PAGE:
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Markdown as a design

May 30, 2016 ( ~5 mins )

A short post to talk about the recent redesign of this site.

I’ve never been quite happy with the design of this blog. Let’s face it: I am no designer, and coming up with a fancy layout is not really my strong suit.

So I was thinking… hey, why not trying something different for once?

Markdown is one of my favourite things in this industry. I use it so much. For articles. For books. For sites. For mails. For personal content. It is such an amazing text format, both simple and obvious.

Last year, I have written about how I use Sublime Text as a writing environment . And now, I wanted to move my Sublime Text design in the browser. Here we are.

What the hell is this?

This site runs on Jekyll. Almost everything that is not structural (such as the sidebar, the footer, etc.) is written in Markdown. Jekyll compiles everything to static HTML. Then I use CSS to style HTML as raw Markdown.

This is not a new concept. A couple of libraries style HTML like Markdown, such as Markdown.css , and I myself made a pretty detailed CodePen about this last year.

It is surprisingly easy to do. Basically, pseudo-elements are used to display characters at specific location, such as # before headings, or ** around <strong> elements.

strong::before, strong::after {   content: '**'; } 

A monospace typeface (here “Source Code Pro”) is required to make the whole thing look even better, and a special care must be given to spacing and line height in order to align everything on a grid.

The hard parts

While most of the design is surprisingly easy to implement, there are a few things that turned out to be slightly more tricky. Here they are, and how I solved them.

Long URLs in links

To make it look like Markdown, the href attribute of a link is being displayed with a pseudo-element, like this:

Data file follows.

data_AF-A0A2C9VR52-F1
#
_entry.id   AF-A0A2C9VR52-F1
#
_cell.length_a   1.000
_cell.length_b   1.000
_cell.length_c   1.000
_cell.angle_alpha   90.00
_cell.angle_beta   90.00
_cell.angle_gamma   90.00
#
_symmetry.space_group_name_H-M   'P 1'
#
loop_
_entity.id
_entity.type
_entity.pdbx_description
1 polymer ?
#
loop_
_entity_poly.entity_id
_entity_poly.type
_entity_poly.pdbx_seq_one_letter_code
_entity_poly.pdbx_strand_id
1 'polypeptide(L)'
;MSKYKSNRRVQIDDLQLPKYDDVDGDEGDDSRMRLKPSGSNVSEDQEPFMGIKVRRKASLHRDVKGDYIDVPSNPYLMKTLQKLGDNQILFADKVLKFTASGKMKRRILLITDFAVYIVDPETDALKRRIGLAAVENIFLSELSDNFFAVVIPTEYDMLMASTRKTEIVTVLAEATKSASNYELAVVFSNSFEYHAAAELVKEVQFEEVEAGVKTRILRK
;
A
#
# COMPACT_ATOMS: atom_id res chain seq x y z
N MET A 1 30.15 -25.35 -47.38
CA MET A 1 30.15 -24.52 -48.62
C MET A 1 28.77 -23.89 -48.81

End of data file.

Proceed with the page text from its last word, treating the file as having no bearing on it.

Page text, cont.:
a::before {   content: '['; }  a::after {   content: '](' attr(href) ')'; } 

The problem is that some URLs are very long. Veeeery long. Sometimes, it resulted in odd and quite confusing line breaks. I managed to solve it (or rather make it less painful) by forcing line breaks at end of line anywhere in a URL, thanks to word-break: break-all .

a::after {   content: '](' attr(href) ')';   word-wrap: break-word;   overflow-wrap: break-word;   word-break: break-all; } 

This declaration is usually to avoid because it does not respect language-specific line breaking rules and arbitrarily breaks a word when reaching the end of a line. In this scenario though, it is exactly what we want, and does not cause any readability issue because it’s limited to the link pseudo-element only.

Line numbers

When I launched the redesign, there was no line numbers, and I could not help thinking it really was missing. I was not sure how to implement it best and I must say my current solution is quite fragile.

Right now, the main container has an absolutely positioned pseudo-element displaying numbers through the content property. Line breaks between numbers are made with /A and the white-space property. It looks like this (shortened for sanity):

.main {   overflow: hidden; }  .main::before {   position: absolute;   left: 0;   top: 0;   bottom: 0;   white-space: pre;   text-align: right;   padding: 0 0.5em;   content: '1/A 2/A 3/A 4/A 5/A 6/A 7/A 8/A 9/A 10/A 11/A 12…'; } 

Numbers go up to about 700, a magic number that I estimated would cover all of my pages in a matter of length, even the very long ones. I can see 3 problems with this approach though:

  • If I ever write a super-duper long article, numbers might cease before the end of the page.
  • The content property itself is so long that it weights 4.31Kb, which is almost a third of the stylesheet.
  • The page does not necessarily (and most likely does not) have a round height, resulting in a line number being half displayed.

I tried playing with CSS counters but I could not come up with something working as nicely. If someone has a solution to make this more elegant, please tell! My bet is that we can probably remove the /A from the content property by relying on natural line breaking. That would shorten the whole thing a hell lot already.

Aligning images on a grid

I don’t over-use images on this blog, but a few articles use some. The problem with images is that I don’t control their height. Which means they kind of break the line-based flow.

I managed to solve this with a little bit of JavaScript, to scale down an image just enough to fit on a rounded amount of lines, but that’s not super nice. Unfortunately, I am not sure there is a good solution for this.

What’s next

I don’t know yet if I am going to keep this design for a long time, but right now I am super happy with it. It looks very different to what I used to have, or to any other blog on the internet, for that matters. And reactions on Twitter were surprisingly very positive, so thank you for the support y’all!

If you can think of anything to improve the design, or to make it look even more like Sublime Text while still providing value, please tell me! In the mean time, happy coding. :)

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